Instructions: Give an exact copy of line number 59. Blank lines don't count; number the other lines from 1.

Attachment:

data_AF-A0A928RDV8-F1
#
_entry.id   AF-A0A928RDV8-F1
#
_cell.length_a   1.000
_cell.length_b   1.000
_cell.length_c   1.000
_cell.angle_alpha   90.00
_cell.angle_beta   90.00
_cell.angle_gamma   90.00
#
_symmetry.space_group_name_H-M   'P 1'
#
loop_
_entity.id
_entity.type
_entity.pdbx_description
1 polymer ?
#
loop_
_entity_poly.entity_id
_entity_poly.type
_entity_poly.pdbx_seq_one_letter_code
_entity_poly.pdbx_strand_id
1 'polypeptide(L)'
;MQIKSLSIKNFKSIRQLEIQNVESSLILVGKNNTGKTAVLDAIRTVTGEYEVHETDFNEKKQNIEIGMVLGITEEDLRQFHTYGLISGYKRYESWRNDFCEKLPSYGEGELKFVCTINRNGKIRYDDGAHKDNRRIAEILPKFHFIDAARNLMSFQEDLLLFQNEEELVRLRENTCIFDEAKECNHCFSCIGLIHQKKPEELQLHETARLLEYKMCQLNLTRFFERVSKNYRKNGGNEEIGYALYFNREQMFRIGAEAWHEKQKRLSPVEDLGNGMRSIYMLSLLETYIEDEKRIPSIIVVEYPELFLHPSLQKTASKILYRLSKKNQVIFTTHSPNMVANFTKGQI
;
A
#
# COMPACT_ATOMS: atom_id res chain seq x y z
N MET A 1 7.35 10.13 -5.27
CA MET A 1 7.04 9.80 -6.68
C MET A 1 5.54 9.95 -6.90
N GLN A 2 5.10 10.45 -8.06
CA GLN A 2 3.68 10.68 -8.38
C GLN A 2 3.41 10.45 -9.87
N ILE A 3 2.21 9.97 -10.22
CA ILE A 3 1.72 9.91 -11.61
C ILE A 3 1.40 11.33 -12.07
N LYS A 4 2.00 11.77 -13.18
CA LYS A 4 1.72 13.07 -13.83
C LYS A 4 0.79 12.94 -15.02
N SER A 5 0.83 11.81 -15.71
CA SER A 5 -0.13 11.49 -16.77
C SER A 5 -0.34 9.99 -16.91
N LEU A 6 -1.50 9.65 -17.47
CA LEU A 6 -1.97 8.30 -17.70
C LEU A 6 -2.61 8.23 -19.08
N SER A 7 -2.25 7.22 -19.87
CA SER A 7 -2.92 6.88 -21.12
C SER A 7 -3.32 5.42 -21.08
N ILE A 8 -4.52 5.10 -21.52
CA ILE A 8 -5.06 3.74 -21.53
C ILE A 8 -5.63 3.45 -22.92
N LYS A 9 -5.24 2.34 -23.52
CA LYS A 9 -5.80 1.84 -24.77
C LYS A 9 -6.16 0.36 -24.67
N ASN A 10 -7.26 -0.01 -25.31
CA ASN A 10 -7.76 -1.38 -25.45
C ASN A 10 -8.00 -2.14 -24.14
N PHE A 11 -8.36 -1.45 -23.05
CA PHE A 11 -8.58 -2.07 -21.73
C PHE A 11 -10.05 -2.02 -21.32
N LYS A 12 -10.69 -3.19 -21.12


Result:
CA ASN A 10 -7.76 -1.38 -25.45